When you turn an iPhone into an iPod touch

Reader Robert Williams would like some clarification about the relationship between his iOS devices and Apple ID. He writes:

My iTunes ID and password are now associated with my new iPhone 5s. The old iPhone (an iPhone 5) still connects to my home Wi-Fi network, but in order to download new apps, I need to enter my iTunes ID and password on the old phone. I'm concerned that if I enter my iTunes ID and password on that phone, iTunes will consider it to be my primary device and at the same time disable my new phone from iTunes. Is this a danger, particularly when I've also associated that ID with an iPad and MacBook Pro

Not at all. Let me explain.

As Apple tells us, you can associate your Apple ID with up to 10 devices for use on Apple's stores (a maximum of five of these devices can be computers). After you've associated a device with your Apple ID, you can't use it with a different Apple ID for 90 days.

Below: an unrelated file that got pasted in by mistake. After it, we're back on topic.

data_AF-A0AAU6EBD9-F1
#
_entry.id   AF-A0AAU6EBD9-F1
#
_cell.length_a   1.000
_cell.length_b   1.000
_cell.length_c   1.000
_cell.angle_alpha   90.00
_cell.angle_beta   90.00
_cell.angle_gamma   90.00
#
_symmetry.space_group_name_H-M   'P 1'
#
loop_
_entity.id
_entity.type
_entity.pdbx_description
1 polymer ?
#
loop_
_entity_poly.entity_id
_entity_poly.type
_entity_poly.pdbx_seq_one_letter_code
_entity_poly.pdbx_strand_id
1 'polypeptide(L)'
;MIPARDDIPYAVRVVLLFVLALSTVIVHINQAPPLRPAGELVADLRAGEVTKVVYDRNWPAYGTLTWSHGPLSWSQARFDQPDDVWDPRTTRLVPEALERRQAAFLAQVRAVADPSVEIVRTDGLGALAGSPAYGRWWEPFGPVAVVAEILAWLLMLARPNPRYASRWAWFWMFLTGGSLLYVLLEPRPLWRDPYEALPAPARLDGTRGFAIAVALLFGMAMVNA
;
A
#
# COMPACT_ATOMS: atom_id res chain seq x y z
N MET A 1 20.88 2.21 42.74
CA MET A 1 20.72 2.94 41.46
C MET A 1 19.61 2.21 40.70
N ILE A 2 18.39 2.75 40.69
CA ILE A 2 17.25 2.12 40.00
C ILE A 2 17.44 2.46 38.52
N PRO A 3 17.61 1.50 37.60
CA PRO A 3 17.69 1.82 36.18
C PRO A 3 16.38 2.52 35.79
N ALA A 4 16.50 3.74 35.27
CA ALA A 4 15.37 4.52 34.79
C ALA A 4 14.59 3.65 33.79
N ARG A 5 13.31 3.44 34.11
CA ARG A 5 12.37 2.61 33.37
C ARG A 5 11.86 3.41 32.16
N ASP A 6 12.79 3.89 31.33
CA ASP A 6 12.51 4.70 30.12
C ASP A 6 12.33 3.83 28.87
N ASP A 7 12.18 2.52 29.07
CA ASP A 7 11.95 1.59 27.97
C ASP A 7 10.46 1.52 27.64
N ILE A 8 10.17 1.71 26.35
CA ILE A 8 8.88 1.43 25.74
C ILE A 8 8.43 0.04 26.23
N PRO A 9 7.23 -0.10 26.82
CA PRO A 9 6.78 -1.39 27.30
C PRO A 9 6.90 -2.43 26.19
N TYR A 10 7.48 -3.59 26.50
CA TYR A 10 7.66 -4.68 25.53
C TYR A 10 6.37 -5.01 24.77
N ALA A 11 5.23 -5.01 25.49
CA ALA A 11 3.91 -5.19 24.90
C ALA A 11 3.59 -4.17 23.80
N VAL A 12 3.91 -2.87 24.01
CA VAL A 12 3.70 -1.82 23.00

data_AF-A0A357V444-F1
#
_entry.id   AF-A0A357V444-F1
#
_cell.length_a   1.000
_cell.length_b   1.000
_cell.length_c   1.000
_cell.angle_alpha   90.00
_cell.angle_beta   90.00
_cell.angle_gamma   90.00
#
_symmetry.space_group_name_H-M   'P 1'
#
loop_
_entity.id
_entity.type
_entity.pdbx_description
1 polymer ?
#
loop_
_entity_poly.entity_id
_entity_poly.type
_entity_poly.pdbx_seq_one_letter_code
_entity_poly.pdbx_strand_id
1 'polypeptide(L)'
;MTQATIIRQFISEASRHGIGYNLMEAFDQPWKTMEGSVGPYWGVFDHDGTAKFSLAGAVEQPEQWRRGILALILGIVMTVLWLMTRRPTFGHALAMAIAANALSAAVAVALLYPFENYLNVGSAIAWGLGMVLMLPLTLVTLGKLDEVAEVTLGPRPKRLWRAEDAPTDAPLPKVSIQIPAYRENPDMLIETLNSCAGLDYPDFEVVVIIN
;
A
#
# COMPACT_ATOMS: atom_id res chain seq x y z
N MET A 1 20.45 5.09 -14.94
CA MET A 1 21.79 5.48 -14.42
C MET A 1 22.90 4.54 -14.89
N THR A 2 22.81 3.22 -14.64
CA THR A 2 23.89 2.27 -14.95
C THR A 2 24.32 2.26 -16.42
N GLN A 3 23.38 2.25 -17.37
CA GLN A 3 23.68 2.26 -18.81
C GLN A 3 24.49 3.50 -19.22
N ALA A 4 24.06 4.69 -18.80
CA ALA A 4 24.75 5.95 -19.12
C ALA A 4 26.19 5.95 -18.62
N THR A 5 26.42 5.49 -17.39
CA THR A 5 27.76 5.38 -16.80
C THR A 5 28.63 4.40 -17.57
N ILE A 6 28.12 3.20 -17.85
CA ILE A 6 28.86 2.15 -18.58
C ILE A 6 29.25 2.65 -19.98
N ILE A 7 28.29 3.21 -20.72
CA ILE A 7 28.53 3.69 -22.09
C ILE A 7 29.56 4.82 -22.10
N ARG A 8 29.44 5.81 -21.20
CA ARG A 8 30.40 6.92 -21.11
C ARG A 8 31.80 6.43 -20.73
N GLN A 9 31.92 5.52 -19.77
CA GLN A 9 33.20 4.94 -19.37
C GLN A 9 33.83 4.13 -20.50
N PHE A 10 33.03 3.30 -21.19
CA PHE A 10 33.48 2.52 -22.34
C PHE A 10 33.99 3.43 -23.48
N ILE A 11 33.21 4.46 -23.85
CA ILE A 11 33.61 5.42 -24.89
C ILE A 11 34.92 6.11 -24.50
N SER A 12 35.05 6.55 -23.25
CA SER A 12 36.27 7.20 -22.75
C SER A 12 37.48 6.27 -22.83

According to the iTunes Store's Terms and Conditions (which I'm sure you've read), an Apple TV is not an "Associated Device" and so doesn't count against your device limit.

So, if I'm counting correctly, you've associated your Apple ID with four devices--two iPhones, an iPad, and a MacBook Pro. Clearly, it's time for you to run out and buy more Apple gear!

Moving along, Apple's stores and iCloud service have no notion of a "primary device" in regard to iPhones, iPod touches, and iPads. When you replaced your iPhone 5 with a 5s, no switch was flipped indicating that the latest model would get something that was denied to the others--save for the ability to make and receive phone calls and use cellular data, of course. As far as Apple is concerned, your old iPhone is, for the most part, an iPod touch. Downloading apps to it won't signal Apple that you want it to replace your newer phone.

Bottom line: Enjoy a worry-free experience with both your new iPhone 5s and your fancy new(ish) iPod touch.


Christopher Breen

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